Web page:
A child or parent reports bullying during the parent-teacher conference. Then what? What constitutes bullying? What should a teacher do with this report? Who does the information get shared with? What type of investigation needs to be done? Do you talk with the bully and victim together or separately or both? Should you call in the other parents? How much information can you give them? What are the consequences for bullying?
Is the situation getting better? How do you know? Has it gotten worse? Are you monitoring behaviors ongoing? Maybe the bullying stopped in your classroom, but do you know if it is going on elsewhere?
Do you need to share this report with administration? Does this classify as bullying for the state report? Does this involve a special needs student? Do you have evidence or written statements from either party? How has the student been affected at school? Lower grades? Less participation? Have they been absent more often? Do they need to be referred to outside services? What if there was a physical injury?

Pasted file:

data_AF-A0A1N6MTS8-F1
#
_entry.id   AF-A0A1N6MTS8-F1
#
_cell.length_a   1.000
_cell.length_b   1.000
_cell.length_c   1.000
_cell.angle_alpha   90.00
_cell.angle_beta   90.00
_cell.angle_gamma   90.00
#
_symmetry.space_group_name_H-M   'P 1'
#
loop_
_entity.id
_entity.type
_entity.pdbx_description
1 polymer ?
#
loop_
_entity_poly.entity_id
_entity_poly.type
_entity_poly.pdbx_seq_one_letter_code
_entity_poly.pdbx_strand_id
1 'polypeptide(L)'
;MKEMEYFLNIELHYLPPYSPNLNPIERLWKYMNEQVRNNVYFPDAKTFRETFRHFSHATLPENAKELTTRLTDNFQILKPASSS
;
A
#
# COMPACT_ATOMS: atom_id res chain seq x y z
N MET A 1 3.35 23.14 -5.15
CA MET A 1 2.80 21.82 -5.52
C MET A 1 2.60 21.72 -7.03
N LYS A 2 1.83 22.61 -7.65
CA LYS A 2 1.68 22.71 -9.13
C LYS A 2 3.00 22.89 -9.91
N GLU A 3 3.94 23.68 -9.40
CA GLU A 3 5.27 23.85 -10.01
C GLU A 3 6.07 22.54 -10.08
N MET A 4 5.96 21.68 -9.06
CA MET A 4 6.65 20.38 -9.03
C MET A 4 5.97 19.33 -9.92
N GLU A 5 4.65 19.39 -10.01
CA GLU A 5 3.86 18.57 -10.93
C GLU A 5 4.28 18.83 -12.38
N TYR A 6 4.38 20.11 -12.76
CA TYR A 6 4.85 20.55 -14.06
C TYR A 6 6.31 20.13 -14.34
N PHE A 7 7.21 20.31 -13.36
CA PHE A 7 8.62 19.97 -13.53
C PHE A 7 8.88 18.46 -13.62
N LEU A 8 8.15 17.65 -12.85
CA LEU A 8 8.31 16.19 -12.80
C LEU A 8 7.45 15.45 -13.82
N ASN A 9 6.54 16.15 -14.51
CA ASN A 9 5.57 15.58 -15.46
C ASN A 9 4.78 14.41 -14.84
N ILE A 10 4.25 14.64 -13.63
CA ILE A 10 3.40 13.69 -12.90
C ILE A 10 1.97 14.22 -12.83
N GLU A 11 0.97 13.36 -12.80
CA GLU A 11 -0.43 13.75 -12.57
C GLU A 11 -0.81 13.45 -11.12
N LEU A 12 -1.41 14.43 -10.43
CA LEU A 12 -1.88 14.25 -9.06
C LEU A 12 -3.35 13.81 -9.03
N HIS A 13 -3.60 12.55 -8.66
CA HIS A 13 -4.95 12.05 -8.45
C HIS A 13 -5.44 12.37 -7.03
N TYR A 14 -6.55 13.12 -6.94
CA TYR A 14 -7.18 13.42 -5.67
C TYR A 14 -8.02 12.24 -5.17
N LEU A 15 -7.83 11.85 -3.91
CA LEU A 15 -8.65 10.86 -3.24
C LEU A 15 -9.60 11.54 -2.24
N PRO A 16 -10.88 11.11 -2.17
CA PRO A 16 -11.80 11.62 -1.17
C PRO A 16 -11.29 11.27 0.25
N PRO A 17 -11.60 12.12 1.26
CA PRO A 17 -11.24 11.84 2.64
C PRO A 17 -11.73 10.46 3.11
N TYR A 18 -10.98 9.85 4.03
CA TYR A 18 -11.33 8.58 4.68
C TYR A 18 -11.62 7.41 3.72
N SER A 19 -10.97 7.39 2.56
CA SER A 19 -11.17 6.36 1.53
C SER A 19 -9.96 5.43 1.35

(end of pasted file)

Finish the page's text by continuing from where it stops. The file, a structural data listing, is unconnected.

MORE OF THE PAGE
School personnel are busy. It is difficult for them to know the right thing to do in every situation, so it is critical for schools to develop clear policies and steps for investigation so all the right information is gathered and shared with the right people and appropriate actions are taken to proactively resolve incidents before they escalate.
Does your school have a clear procedure for investigating incidents of bullying and harassment? If you do, do you know if your teachers and staff have read the policy and understand their individual responsibilities? How are you ensuring this procedure is followed?
To learn how a leading school district is working to improve their ongoing investigation process, click here to listen to Tulsa Public School’s Student Services Director, Tenna Whitsel, discuss their efforts.